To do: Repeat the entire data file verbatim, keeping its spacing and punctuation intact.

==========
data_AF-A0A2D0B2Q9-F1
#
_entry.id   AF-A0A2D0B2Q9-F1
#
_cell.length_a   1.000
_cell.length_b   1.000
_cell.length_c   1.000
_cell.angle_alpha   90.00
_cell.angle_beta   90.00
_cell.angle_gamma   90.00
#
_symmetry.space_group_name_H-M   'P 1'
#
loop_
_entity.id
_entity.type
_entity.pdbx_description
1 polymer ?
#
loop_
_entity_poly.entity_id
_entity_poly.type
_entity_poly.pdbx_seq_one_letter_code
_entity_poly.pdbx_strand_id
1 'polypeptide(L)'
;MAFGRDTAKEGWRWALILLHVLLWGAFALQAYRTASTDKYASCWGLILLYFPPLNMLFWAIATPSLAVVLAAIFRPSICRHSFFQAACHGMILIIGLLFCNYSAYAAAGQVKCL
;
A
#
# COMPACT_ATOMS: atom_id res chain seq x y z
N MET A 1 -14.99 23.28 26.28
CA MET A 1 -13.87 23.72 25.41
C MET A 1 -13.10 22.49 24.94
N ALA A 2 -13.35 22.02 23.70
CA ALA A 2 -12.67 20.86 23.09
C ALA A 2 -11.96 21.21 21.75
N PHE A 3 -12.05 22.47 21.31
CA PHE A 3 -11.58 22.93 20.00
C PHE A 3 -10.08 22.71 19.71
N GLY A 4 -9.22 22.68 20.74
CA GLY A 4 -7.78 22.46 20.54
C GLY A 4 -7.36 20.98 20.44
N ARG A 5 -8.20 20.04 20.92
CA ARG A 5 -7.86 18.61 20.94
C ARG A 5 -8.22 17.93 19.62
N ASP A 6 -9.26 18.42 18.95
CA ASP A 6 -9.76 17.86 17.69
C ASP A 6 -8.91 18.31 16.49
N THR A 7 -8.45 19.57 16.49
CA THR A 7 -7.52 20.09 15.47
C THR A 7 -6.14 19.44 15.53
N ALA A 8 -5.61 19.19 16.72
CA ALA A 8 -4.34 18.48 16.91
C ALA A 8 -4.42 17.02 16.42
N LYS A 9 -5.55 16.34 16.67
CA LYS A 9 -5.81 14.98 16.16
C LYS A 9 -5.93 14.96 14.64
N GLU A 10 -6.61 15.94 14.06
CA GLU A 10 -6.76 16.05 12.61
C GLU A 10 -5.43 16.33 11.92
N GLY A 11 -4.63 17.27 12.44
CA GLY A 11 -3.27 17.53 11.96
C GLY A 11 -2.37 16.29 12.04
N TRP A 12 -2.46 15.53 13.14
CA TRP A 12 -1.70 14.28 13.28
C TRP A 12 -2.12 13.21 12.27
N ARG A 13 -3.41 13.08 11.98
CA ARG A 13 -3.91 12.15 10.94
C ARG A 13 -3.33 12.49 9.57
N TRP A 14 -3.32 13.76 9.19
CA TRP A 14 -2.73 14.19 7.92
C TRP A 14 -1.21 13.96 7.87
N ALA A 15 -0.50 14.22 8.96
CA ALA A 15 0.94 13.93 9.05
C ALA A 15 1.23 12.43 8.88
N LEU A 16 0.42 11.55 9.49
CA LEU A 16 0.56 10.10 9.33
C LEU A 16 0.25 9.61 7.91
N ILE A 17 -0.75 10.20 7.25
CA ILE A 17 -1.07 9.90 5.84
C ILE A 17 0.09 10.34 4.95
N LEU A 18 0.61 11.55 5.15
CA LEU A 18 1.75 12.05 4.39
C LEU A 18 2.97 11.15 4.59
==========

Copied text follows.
data_AF-A0A2D0B2Q9-F1
#
_entry.id   AF-A0A2D0B2Q9-F1
#
_cell.length_a   1.000
_cell.length_b   1.000
_cell.length_c   1.000
_cell.angle_alpha   90.00
_cell.angle_beta   90.00
_cell.angle_gamma   90.00
#
_symmetry.space_group_name_H-M   'P 1'
#
loop_
_entity.id
_entity.type
_entity.pdbx_description
1 polymer ?
#
loop_
_entity_poly.entity_id
_entity_poly.type
_entity_poly.pdbx_seq_one_letter_code
_entity_poly.pdbx_strand_id
1 'polypeptide(L)'
;MAFGRDTAKEGWRWALILLHVLLWGAFALQAYRTASTDKYASCWGLILLYFPPLNMLFWAIATPSLAVVLAAIFRPSICRHSFFQAACHGMILIIGLLFCNYSAYAAAGQVKCL
;
A
#
# COMPACT_ATOMS: atom_id res chain seq x y z
N MET A 1 -14.99 23.28 26.28
CA MET A 1 -13.87 23.72 25.41
C MET A 1 -13.10 22.49 24.94
N ALA A 2 -13.35 22.02 23.70
CA ALA A 2 -12.67 20.86 23.09
C ALA A 2 -11.96 21.21 21.75
N PHE A 3 -12.05 22.47 21.31
CA PHE A 3 -11.58 22.93 20.00
C PHE A 3 -10.08 22.71 19.71
N GLY A 4 -9.22 22.68 20.74
CA GLY A 4 -7.78 22.46 20.54
C GLY A 4 -7.36 20.98 20.44
N ARG A 5 -8.20 20.04 20.92
CA ARG A 5 -7.86 18.61 20.94
C ARG A 5 -8.22 17.93 19.62
N ASP A 6 -9.26 18.42 18.95
CA ASP A 6 -9.76 17.86 17.69
C ASP A 6 -8.91 18.31 16.49
N THR A 7 -8.45 19.57 16.49
CA THR A 7 -7.52 20.09 15.47
C THR A 7 -6.14 19.44 15.53
N ALA A 8 -5.61 19.19 16.72
CA ALA A 8 -4.34 18.48 16.91
C ALA A 8 -4.42 17.02 16.42
N LYS A 9 -5.55 16.34 16.67
CA LYS A 9 -5.81 14.98 16.16
C LYS A 9 -5.93 14.96 14.64
N GLU A 10 -6.61 15.94 14.06
CA GLU A 10 -6.76 16.05 12.61
C GLU A 10 -5.43 16.33 11.92
N GLY A 11 -4.63 17.27 12.44
CA GLY A 11 -3.27 17.53 11.96
C GLY A 11 -2.37 16.29 12.04
N TRP A 12 -2.46 15.53 13.14
CA TRP A 12 -1.70 14.28 13.28
C TRP A 12 -2.12 13.21 12.27
N ARG A 13 -3.41 13.08 11.98
CA ARG A 13 -3.91 12.15 10.94
C ARG A 13 -3.33 12.49 9.57
N TRP A 14 -3.32 13.76 9.19
CA TRP A 14 -2.73 14.19 7.92
C TRP A 14 -1.21 13.96 7.87
N ALA A 15 -0.50 14.22 8.96
CA ALA A 15 0.94 13.93 9.05
C ALA A 15 1.23 12.43 8.88
N LEU A 16 0.42 11.55 9.49
CA LEU A 16 0.56 10.10 9.33
C LEU A 16 0.25 9.61 7.91
N ILE A 17 -0.75 10.20 7.25
CA ILE A 17 -1.07 9.90 5.84
C ILE A 17 0.09 10.34 4.95
N LEU A 18 0.61 11.55 5.15
CA LEU A 18 1.75 12.05 4.39
C LEU A 18 2.97 11.15 4.59